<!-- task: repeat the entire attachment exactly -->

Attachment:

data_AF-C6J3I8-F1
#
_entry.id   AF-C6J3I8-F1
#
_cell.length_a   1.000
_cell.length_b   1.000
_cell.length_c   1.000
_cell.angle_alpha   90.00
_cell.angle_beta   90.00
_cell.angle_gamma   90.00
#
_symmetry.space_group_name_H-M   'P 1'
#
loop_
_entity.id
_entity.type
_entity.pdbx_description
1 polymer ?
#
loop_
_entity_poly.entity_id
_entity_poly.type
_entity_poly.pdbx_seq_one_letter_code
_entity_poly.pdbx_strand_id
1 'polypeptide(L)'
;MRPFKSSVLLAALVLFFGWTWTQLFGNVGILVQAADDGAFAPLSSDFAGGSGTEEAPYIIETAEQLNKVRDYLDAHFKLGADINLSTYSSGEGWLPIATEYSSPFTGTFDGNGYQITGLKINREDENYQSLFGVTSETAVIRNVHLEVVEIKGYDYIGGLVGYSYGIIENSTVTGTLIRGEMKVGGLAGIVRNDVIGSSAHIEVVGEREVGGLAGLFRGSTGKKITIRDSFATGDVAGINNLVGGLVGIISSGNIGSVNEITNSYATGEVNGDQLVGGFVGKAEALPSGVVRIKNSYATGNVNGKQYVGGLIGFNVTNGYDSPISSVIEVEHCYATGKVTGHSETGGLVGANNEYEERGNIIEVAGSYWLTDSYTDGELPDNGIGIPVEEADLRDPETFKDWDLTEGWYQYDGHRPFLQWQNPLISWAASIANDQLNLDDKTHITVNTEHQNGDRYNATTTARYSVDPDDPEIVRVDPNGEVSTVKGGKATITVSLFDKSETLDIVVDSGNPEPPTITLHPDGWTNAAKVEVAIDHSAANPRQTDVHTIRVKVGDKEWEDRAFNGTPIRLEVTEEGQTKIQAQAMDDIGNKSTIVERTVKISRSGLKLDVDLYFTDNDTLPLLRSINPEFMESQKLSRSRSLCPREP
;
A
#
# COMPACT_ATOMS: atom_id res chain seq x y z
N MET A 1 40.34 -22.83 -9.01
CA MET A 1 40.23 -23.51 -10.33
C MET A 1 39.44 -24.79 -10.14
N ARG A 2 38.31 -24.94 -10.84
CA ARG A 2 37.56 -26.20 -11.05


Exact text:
data_AF-C6J3I8-F1
#
_entry.id   AF-C6J3I8-F1
#
_cell.length_a   1.000
_cell.length_b   1.000
_cell.length_c   1.000
_cell.angle_alpha   90.00
_cell.angle_beta   90.00
_cell.angle_gamma   90.00
#
_symmetry.space_group_name_H-M   'P 1'
#
loop_
_entity.id
_entity.type
_entity.pdbx_description
1 polymer ?
#
loop_
_entity_poly.entity_id
_entity_poly.type
_entity_poly.pdbx_seq_one_letter_code
_entity_poly.pdbx_strand_id
1 'polypeptide(L)'
;MRPFKSSVLLAALVLFFGWTWTQLFGNVGILVQAADDGAFAPLSSDFAGGSGTEEAPYIIETAEQLNKVRDYLDAHFKLGADINLSTYSSGEGWLPIATEYSSPFTGTFDGNGYQITGLKINREDENYQSLFGVTSETAVIRNVHLEVVEIKGYDYIGGLVGYSYGIIENSTVTGTLIRGEMKVGGLAGIVRNDVIGSSAHIEVVGEREVGGLAGLFRGSTGKKITIRDSFATGDVAGINNLVGGLVGIISSGNIGSVNEITNSYATGEVNGDQLVGGFVGKAEALPSGVVRIKNSYATGNVNGKQYVGGLIGFNVTNGYDSPISSVIEVEHCYATGKVTGHSETGGLVGANNEYEERGNIIEVAGSYWLTDSYTDGELPDNGIGIPVEEADLRDPETFKDWDLTEGWYQYDGHRPFLQWQNPLISWAASIANDQLNLDDKTHITVNTEHQNGDRYNATTTARYSVDPDDPEIVRVDPNGEVSTVKGGKATITVSLFDKSETLDIVVDSGNPEPPTITLHPDGWTNAAKVEVAIDHSAANPRQTDVHTIRVKVGDKEWEDRAFNGTPIRLEVTEEGQTKIQAQAMDDIGNKSTIVERTVKISRSGLKLDVDLYFTDNDTLPLLRSINPEFMESQKLSRSRSLCPREP
;
A
#
# COMPACT_ATOMS: atom_id res chain seq x y z
N MET A 1 40.34 -22.83 -9.01
CA MET A 1 40.23 -23.51 -10.33
C MET A 1 39.44 -24.79 -10.14
N ARG A 2 38.31 -24.94 -10.84
CA ARG A 2 37.56 -26.20 -11.05